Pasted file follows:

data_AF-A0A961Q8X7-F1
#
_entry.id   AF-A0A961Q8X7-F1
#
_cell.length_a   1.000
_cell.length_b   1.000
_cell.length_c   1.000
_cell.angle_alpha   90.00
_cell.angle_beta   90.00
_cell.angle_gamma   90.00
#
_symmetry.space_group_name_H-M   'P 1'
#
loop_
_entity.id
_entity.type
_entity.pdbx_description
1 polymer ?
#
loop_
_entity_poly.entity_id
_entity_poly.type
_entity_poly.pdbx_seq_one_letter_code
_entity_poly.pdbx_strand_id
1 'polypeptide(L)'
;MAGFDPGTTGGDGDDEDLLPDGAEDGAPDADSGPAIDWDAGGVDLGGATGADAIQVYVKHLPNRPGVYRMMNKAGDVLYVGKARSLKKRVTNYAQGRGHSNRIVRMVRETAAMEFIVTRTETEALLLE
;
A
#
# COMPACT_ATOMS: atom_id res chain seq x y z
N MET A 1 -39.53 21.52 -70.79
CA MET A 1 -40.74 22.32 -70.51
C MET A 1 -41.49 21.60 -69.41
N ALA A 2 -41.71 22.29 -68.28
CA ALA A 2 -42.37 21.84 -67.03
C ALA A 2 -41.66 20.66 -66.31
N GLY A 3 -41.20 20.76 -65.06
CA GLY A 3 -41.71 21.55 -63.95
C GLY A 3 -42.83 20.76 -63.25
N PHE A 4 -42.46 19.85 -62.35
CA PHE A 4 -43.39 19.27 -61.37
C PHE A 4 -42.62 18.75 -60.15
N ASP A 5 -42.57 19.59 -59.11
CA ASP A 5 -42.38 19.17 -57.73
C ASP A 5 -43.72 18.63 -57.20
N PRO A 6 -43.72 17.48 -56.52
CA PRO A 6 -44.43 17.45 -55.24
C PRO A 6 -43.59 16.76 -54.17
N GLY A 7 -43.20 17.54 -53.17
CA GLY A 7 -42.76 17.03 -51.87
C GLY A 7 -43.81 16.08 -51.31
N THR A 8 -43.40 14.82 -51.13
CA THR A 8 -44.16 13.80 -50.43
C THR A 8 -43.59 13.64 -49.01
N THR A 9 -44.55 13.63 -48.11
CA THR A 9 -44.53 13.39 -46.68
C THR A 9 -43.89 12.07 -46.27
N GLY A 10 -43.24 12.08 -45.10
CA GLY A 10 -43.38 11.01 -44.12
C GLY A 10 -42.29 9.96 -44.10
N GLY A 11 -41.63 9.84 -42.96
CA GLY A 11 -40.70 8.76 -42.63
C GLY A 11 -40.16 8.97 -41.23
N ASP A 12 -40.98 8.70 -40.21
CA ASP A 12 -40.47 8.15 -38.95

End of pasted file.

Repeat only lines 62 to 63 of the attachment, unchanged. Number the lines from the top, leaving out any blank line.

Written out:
CA GLY A 11 -40.70 8.76 -42.63
C GLY A 11 -40.16 8.97 -41.23